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Guy Fawkes’ Night. 1.5 November is known as Bonfire Night or Guy Fawkes Night. 2.Guy Fawkes was a Catholic, and didn’t agree with the Protestant faith.

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Presentation on theme: "Guy Fawkes’ Night. 1.5 November is known as Bonfire Night or Guy Fawkes Night. 2.Guy Fawkes was a Catholic, and didn’t agree with the Protestant faith."— Presentation transcript:

1 Guy Fawkes’ Night

2 1.5 November is known as Bonfire Night or Guy Fawkes Night. 2.Guy Fawkes was a Catholic, and didn’t agree with the Protestant faith of the King. 3.Guy became friends with Robert Catesby, who had an idea to kill the King by blowing up the houses of Parliament. 4.It was actually Robert Catesby who led the Gunpowder Plot, not Guy Fawkes – there were 13 people involved. 5.The job Guy Fawkes had in the Gunpowder Plot was to guard the 36 barrels of gunpowder that had been stored in a basement underneath the House of Lords. 6.Guy Fawkes was arrested in the basement on the day he was going to light the gunpowder, 5 November, and he was taken to the Tower of London. 7.King James I decreed that 5 November should be the day that people always celebrate that the Gunpowder Plot didn’t happen. 8.On Bonfire Night, grown-ups set off fireworks, light bonfires, and sometimes burn a doll that looks like Guy Fawkes.

3 Famous Bonfire Night’s poem

4 When Queen Elizabeth 1st took the throne of England she made some laws against the Roman Catholics. Guy Fawkes was one of a small group of Catholics who felt that the government was treating Roman Catholics unfairly. They hoped that King James 1st would change the laws, but he didn't. Catholics had to practise their religion in secret. There were even fines for people who didn't attend the Protestant church on Sunday or on holy days. James lst passed more laws against the Catholics when he became king.

5 The plot was simple - the next time Parliament was opened by King James l, they would blow up everyone there with gunpowder. The men bought a house next door to the parliament building. The house had a cellar which went under the parliament building. They planned to put gunpowder under the house and blow up parliament and the king. The plot was simple - the next time Parliament was opened by King James l, they would blow up everyone there with gunpowder. The men bought a house next door to the parliament building. The house had a cellar which went under the parliament building. They planned to put gunpowder under the house and blow up parliament and the king.

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7 Guy Fawkes was given the job to keep watch over the barrels of gunpowder and to light the fuse. On the morning of 5 th November, soldiers discovered Guy hidden in the cellar and arrested him. The trail of gunpowder at his feet would never be lit. Guy Fawkes was taken to the Tower of London He was tortured and questioned about the other plotters. To start with he didn't tell the soldiers anything about the plot. But, eventually he started to tell the truth.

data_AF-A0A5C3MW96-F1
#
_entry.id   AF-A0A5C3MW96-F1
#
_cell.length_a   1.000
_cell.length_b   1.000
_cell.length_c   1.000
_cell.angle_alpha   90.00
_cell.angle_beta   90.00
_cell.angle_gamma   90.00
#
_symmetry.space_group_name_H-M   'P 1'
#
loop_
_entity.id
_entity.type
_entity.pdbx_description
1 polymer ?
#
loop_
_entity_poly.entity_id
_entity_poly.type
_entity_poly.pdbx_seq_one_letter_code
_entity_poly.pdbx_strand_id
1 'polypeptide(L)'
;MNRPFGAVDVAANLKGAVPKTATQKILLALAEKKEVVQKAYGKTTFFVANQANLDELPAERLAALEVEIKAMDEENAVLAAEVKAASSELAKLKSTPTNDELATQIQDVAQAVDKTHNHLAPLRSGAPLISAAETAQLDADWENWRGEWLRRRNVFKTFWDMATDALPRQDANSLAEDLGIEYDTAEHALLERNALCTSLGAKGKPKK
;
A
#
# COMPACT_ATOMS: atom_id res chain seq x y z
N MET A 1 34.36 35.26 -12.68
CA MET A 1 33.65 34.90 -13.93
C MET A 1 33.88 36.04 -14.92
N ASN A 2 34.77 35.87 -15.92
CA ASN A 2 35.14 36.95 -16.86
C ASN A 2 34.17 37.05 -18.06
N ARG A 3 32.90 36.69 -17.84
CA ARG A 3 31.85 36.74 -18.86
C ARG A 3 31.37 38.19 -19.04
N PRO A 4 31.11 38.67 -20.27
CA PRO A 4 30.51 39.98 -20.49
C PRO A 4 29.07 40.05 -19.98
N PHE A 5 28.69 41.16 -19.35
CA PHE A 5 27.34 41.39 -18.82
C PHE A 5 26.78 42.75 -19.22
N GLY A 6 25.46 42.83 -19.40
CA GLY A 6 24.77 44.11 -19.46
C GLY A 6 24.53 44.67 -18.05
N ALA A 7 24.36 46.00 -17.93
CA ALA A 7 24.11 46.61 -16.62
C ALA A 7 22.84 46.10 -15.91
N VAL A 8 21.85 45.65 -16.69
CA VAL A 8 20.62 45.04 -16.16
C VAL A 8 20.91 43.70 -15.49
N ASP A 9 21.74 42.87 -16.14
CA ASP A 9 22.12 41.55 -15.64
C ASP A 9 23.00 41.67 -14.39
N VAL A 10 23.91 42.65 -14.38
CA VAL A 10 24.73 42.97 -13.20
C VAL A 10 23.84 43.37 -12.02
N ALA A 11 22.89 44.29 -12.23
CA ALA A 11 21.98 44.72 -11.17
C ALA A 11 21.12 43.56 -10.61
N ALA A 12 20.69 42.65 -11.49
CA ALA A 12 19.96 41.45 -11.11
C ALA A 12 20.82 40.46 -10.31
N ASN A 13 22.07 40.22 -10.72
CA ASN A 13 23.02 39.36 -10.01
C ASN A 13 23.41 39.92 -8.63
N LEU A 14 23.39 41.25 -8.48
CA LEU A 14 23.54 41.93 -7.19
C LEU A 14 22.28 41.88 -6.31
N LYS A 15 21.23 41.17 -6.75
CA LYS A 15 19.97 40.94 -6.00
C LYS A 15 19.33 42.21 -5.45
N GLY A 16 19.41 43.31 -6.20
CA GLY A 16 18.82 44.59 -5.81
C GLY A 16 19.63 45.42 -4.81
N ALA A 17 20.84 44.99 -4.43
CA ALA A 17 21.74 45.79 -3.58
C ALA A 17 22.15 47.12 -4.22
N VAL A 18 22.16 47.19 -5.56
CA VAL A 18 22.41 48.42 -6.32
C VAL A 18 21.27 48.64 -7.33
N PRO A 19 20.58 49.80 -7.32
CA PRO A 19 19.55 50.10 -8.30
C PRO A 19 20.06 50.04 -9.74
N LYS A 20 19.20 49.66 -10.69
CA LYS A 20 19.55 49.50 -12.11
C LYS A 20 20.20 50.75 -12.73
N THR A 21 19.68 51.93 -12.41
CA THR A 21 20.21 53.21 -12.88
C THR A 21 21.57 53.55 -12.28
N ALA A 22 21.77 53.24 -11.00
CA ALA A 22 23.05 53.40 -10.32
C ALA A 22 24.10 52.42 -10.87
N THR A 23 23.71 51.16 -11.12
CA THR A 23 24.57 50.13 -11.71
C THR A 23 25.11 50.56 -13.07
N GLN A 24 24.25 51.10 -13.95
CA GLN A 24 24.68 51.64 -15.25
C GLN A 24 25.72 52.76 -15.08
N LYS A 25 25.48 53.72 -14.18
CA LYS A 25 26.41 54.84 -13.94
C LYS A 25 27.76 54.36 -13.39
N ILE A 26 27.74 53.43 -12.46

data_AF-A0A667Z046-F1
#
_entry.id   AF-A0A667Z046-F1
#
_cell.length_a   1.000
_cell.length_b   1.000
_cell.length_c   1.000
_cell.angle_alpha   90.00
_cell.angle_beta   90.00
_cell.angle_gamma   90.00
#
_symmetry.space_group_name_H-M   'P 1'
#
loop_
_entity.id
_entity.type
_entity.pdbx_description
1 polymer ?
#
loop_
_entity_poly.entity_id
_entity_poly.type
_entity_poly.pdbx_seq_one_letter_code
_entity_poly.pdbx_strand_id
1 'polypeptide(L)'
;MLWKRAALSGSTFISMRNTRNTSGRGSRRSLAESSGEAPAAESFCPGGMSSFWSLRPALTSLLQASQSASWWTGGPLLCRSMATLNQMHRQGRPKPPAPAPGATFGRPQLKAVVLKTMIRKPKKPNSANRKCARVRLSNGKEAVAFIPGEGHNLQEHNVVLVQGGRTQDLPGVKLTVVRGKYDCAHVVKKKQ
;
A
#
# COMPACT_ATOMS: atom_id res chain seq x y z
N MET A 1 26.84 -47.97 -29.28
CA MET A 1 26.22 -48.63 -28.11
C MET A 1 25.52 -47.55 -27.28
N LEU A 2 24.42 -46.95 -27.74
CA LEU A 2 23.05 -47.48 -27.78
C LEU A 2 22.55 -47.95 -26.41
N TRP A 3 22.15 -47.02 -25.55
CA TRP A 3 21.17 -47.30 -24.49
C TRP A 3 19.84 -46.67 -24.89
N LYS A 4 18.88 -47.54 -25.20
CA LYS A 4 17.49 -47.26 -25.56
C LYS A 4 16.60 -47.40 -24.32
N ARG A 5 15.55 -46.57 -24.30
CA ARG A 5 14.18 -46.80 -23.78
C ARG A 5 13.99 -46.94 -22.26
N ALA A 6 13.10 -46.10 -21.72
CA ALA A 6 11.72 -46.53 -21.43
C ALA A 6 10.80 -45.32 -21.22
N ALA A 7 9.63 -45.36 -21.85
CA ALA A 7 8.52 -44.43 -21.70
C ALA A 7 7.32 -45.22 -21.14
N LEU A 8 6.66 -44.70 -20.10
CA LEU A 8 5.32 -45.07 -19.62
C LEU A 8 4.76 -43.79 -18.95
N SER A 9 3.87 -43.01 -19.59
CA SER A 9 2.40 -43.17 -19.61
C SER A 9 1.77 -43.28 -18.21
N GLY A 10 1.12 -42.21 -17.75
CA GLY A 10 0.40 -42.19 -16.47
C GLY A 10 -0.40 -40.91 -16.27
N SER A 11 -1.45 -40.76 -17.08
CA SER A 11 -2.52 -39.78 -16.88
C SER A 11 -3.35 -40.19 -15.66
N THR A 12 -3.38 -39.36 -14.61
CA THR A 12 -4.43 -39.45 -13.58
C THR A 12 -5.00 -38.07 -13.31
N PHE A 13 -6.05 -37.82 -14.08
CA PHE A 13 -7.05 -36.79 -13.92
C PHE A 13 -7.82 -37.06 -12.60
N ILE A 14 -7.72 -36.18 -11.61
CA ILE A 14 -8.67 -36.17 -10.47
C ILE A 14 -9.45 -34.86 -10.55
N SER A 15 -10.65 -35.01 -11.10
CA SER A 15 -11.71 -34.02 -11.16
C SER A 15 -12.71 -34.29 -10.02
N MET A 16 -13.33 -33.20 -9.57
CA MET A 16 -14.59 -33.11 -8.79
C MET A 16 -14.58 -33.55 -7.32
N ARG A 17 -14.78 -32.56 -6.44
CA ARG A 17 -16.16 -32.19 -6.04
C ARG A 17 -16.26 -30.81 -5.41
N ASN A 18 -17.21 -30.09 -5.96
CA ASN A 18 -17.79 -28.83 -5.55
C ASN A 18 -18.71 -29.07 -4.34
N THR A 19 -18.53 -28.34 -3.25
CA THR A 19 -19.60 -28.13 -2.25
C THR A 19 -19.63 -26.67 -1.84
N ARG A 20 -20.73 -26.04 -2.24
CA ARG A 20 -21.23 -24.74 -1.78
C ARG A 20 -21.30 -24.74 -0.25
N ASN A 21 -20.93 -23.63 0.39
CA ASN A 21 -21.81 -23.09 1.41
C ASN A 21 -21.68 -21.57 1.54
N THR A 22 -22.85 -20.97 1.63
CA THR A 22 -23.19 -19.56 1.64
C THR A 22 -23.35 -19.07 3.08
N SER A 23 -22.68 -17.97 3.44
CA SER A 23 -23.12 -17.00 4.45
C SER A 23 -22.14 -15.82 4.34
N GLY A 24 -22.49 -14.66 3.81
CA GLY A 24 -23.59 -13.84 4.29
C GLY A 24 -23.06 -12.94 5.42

8 Every year on 5th November, the anniversary of the Gunpowder Plot, Guy Fawkes is remembered. People celebrate the fact the Parliament and James I were not blown sky high by Guy Fawkes. They light huge bonfires, let off magnificent fireworks and burn an effigy (a guy). The Guy (effigy) is made out of old clothes stuffed with paper or straw.

9 The fireworks are a reminder of the gunpowder Guy Fawkes hid in the cellar of Parliament. In main town and cities, torch-lit processions are also popular on this night too. The procession leads to where the bonfire and firework displays are. The biggest fireworks display in Kent is the Edenbridge Display. They also have the biggest effigy, a 30ft 'Celebrity Guy'.

10 During the days before Bonfire Night, children used to take their home-made guys out on the street and ask for "a penny for the Guy" for fireworks. During the days before Bonfire Night, children used to take their home-made guys out on the street and ask for "a penny for the Guy" for fireworks. Children, in some areas, blacken their faces as Guy Fawkes might have done when he plotted to blow up parliament.

11 As well as burning effigy of Guy Fawkes, the bonfires are used to cook potatoes wrapped in foil and to heat up soup for the crowds that come to watch the fireworks The traditional cake eaten on bonfire night is Parkin Cake, a sticky cake containing a mix of oatmeal, ginger, treacle and syrup. Other foods include sausages cooked over the flames and marshmallows toasted in the fire.

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13 Jackie Maguire, Seasons and Celebrations, Oxford University Press https://www.ordnancesurvey.co.uk/blog/wp-content/uploads/2012/11/Fireworks.jpg houses-parliament-640.jpg


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